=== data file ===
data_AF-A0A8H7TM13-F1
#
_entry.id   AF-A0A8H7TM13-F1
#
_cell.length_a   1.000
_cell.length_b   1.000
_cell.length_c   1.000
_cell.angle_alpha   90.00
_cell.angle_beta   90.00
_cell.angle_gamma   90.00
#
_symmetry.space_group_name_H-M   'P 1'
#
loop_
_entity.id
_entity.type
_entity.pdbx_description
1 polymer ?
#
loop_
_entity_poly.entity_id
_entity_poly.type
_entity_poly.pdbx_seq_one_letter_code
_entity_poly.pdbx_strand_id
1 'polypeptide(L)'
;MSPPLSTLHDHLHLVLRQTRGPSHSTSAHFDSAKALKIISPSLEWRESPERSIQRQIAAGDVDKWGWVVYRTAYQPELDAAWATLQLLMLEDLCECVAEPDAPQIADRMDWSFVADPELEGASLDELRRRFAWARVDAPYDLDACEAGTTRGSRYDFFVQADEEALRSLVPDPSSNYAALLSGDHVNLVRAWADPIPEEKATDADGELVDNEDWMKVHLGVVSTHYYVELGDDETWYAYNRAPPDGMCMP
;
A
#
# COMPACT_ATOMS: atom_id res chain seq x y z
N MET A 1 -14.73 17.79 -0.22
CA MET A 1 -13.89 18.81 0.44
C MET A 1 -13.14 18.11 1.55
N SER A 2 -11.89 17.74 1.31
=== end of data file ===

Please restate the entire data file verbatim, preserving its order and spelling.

data_AF-A0A8H7TM13-F1
#
_entry.id   AF-A0A8H7TM13-F1
#
_cell.length_a   1.000
_cell.length_b   1.000
_cell.length_c   1.000
_cell.angle_alpha   90.00
_cell.angle_beta   90.00
_cell.angle_gamma   90.00
#
_symmetry.space_group_name_H-M   'P 1'
#
loop_
_entity.id
_entity.type
_entity.pdbx_description
1 polymer ?
#
loop_
_entity_poly.entity_id
_entity_poly.type
_entity_poly.pdbx_seq_one_letter_code
_entity_poly.pdbx_strand_id
1 'polypeptide(L)'
;MSPPLSTLHDHLHLVLRQTRGPSHSTSAHFDSAKALKIISPSLEWRESPERSIQRQIAAGDVDKWGWVVYRTAYQPELDAAWATLQLLMLEDLCECVAEPDAPQIADRMDWSFVADPELEGASLDELRRRFAWARVDAPYDLDACEAGTTRGSRYDFFVQADEEALRSLVPDPSSNYAALLSGDHVNLVRAWADPIPEEKATDADGELVDNEDWMKVHLGVVSTHYYVELGDDETWYAYNRAPPDGMCMP
;
A
#
# COMPACT_ATOMS: atom_id res chain seq x y z
N MET A 1 -14.73 17.79 -0.22
CA MET A 1 -13.89 18.81 0.44
C MET A 1 -13.14 18.11 1.55
N SER A 2 -11.89 17.74 1.31